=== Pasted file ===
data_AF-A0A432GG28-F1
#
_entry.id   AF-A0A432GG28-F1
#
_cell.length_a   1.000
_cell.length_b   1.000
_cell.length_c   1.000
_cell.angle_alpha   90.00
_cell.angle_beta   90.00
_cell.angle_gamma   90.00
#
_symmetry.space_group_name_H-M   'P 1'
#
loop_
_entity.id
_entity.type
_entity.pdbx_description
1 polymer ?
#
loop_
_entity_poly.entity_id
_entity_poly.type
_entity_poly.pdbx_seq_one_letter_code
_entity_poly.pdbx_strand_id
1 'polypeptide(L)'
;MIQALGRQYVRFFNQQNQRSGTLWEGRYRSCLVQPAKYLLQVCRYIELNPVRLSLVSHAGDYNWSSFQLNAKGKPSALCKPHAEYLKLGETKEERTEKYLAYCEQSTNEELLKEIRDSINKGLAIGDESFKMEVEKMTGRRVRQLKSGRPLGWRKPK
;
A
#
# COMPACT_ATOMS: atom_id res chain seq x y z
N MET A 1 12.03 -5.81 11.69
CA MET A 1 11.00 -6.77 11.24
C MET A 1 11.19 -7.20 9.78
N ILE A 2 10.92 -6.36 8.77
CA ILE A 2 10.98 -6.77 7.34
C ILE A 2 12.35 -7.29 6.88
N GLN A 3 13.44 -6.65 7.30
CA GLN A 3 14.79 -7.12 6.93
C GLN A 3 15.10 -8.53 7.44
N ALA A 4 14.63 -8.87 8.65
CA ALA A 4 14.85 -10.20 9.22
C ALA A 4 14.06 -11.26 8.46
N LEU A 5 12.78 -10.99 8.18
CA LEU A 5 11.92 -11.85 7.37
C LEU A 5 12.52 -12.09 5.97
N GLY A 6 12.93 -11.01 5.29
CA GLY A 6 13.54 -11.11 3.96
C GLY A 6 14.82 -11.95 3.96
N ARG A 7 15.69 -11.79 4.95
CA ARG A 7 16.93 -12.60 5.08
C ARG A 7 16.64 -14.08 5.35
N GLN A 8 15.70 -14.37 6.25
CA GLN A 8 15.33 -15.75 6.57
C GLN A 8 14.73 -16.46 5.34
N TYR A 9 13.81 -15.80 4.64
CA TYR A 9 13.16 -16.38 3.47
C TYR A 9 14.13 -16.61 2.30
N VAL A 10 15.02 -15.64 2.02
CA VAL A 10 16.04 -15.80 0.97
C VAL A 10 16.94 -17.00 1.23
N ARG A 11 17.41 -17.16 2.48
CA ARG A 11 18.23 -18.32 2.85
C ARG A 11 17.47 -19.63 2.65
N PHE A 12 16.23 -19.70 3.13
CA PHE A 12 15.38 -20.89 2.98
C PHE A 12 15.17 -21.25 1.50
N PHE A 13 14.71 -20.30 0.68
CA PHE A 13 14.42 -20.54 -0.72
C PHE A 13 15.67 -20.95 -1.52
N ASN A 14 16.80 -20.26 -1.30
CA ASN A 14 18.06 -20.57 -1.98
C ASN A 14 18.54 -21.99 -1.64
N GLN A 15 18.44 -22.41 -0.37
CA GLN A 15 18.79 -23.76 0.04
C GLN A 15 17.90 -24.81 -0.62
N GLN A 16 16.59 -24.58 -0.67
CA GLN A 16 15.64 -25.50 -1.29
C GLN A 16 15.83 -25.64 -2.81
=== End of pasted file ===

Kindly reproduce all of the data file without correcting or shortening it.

data_AF-A0A432GG28-F1
#
_entry.id   AF-A0A432GG28-F1
#
_cell.length_a   1.000
_cell.length_b   1.000
_cell.length_c   1.000
_cell.angle_alpha   90.00
_cell.angle_beta   90.00
_cell.angle_gamma   90.00
#
_symmetry.space_group_name_H-M   'P 1'
#
loop_
_entity.id
_entity.type
_entity.pdbx_description
1 polymer ?
#
loop_
_entity_poly.entity_id
_entity_poly.type
_entity_poly.pdbx_seq_one_letter_code
_entity_poly.pdbx_strand_id
1 'polypeptide(L)'
;MIQALGRQYVRFFNQQNQRSGTLWEGRYRSCLVQPAKYLLQVCRYIELNPVRLSLVSHAGDYNWSSFQLNAKGKPSALCKPHAEYLKLGETKEERTEKYLAYCEQSTNEELLKEIRDSINKGLAIGDESFKMEVEKMTGRRVRQLKSGRPLGWRKPK
;
A
#
# COMPACT_ATOMS: atom_id res chain seq x y z
N MET A 1 12.03 -5.81 11.69
CA MET A 1 11.00 -6.77 11.24
C MET A 1 11.19 -7.20 9.78
N ILE A 2 10.92 -6.36 8.77
CA ILE A 2 10.98 -6.77 7.34
C ILE A 2 12.35 -7.29 6.88
N GLN A 3 13.44 -6.65 7.30
CA GLN A 3 14.79 -7.12 6.93
C GLN A 3 15.10 -8.53 7.44
N ALA A 4 14.63 -8.87 8.65
CA ALA A 4 14.85 -10.20 9.22
C ALA A 4 14.06 -11.26 8.46
N LEU A 5 12.78 -10.99 8.18
CA LEU A 5 11.92 -11.85 7.37
C LEU A 5 12.52 -12.09 5.97
N GLY A 6 12.93 -11.01 5.29
CA GLY A 6 13.54 -11.11 3.96
C GLY A 6 14.82 -11.95 3.96
N ARG A 7 15.69 -11.79 4.95
CA ARG A 7 16.93 -12.60 5.08
C ARG A 7 16.64 -14.08 5.35
N GLN A 8 15.70 -14.37 6.25
CA GLN A 8 15.33 -15.75 6.57
C GLN A 8 14.73 -16.46 5.34
N TYR A 9 13.81 -15.80 4.64
CA TYR A 9 13.16 -16.38 3.47
C TYR A 9 14.13 -16.61 2.30
N VAL A 10 15.02 -15.64 2.02
CA VAL A 10 16.04 -15.80 0.97
C VAL A 10 16.94 -17.00 1.23
N ARG A 11 17.41 -17.16 2.48
CA ARG A 11 18.23 -18.32 2.85
C ARG A 11 17.47 -19.63 2.65
N PHE A 12 16.23 -19.70 3.13
CA PHE A 12 15.38 -20.89 2.98
C PHE A 12 15.17 -21.25 1.50
N PHE A 13 14.71 -20.30 0.68
CA PHE A 13 14.42 -20.54 -0.72
C PHE A 13 15.67 -20.95 -1.52
N ASN A 14 16.80 -20.26 -1.30
CA ASN A 14 18.06 -20.57 -1.98
C ASN A 14 18.54 -21.99 -1.64
N GLN A 15 18.44 -22.41 -0.37
CA GLN A 15 18.79 -23.76 0.04
C GLN A 15 17.90 -24.81 -0.62
N GLN A 16 16.59 -24.58 -0.67
CA GLN A 16 15.64 -25.50 -1.29
C GLN A 16 15.83 -25.64 -2.81